6 August, 1997
FOR IMMEDIATE RELEASE
Half-yearly earnings of the Cathay Pacific Group totalled HK$1,068 million (US$211 million) for the period ending 30 June 1997. Turnover was HK$15,775 million (US$1,944 million), an increase of 4 percent on 1996. The result is marginally below that of 1996 which was HK$1,106 million before an exceptional item.
"The first half of 1997 presented a series of difficult challenges for Cathay Pacific," said Chairman Peter Sutch. "Currency fluctuations, a weak summer travel market and the brief suspension of A330-300 operations created a number of obstacles for the airline."
On May 24 of this year, Cathay Pacific took the unprecedented step of suspending operations of its Rolls-Royce Trent 700 powered fleet of A330-300s due to reliability concerns about the engine. In line with Cathay Pacific's corporate commitment to place safety ahead of all other considerations operations of the aircraft type were suspended. A modification that improved lubrication to the engine's step-aside gear box eliminated the problem and, after just over two weeks, the fleet resumed operations. The engines are now performing very satisfactorily.
"This was a tough decision to take but one we felt was necessary to avoid any risk, however small, to the safety of passengers and staff," said Mr Sutch.
Other events which had an impact on revenues in the first half of the year included a much anticipated summer travel peak that failed to materialise. Initial estimates indicated that demand for air travel would be extremely high over the period of Hong Kong's reunification with China.
"The travel industry was a victim of its own success over the handover period," said Mr Sutch. "Such interest was created that many potential visitors simply assumed Hong Kong would be overflowing and that discouraged them from coming. Pricing of accommodation was also seen as being very high."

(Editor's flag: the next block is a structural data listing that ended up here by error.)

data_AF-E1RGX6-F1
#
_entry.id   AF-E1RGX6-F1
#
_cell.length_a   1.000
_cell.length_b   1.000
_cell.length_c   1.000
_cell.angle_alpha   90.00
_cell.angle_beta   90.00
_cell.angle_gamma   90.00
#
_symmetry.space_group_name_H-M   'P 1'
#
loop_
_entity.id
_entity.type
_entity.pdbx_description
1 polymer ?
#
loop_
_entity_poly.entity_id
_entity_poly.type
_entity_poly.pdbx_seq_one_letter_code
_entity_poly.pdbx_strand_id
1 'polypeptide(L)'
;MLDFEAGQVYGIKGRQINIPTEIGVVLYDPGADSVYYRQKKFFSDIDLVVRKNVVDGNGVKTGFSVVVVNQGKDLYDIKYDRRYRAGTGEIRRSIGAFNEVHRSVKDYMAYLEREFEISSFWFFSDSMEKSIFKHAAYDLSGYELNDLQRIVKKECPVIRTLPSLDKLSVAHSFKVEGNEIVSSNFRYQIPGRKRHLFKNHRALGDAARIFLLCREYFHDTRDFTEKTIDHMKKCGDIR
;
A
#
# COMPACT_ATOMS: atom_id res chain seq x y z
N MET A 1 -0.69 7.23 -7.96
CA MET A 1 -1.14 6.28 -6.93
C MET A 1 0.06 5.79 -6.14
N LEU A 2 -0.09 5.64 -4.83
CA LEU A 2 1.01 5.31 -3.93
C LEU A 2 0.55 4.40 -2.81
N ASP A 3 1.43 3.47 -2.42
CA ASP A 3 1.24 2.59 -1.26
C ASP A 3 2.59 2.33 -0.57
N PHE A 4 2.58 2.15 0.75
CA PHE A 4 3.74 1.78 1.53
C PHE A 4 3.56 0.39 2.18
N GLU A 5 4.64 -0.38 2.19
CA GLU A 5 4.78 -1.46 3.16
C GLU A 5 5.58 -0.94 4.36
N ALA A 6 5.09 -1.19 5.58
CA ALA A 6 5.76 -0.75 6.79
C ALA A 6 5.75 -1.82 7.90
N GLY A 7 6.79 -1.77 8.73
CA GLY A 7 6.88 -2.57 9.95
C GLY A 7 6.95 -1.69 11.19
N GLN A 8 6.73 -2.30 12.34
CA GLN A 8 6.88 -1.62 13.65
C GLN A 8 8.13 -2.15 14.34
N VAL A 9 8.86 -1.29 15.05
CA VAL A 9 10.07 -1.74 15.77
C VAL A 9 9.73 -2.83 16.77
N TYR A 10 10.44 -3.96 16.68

Whilst passenger load factors were strong up to April, they have declined substantially since May. Overall revenue load factor was up slightly during the first half, averaging 71.2 percent, but downward pressure on yields and the weakness of certain European currencies reduced revenues on many routes. The Japanese market has seen a considerable decline in visitors to Hong Kong.
"The second half of the year traditionally brings a stronger demand for air travel, although there is still a hesitation in some markets to visit Hong Kong in the light of misleading media reporting. We are also looking forward to some significant milestones along the road to Chek Lap Kok," said Mr Sutch. The new Cathay Pacific City is on schedule and budget and plans for the airline's move to the new facility in April of next year are well underway. Cathay Pacific's investment in the headquarters at Chek Lap Kok totals more than HK$4.9 billion and additional investments in ground handling, cargo, catering and related services raises the total to over HK$7.8 billion
As 1998 approaches the challenges of the aviation industry will remain, but there is much reason to be optimistic about Cathay Pacific, said Mr Sutch. "Hong Kong's reunification with China has been handled smoothly, we are operating in a stable political environment and the economy continues to grow. These are conditions that in the long run will lead to continuing prosperity for Cathay Pacific."
FOR FURTHER INFORMATION CONTACT:
CF Kwan, Manager Corporate Communication (852) 2747 5214
Charlie Stewart-Cox, GM Group Public Affairs, (852) 2840 8092
Jemma Moore, Corporate Communication Manager CLK (852) 2747 5393
The Cathay Pacific Internet site can be found at http://www.cathaypacific-air.com
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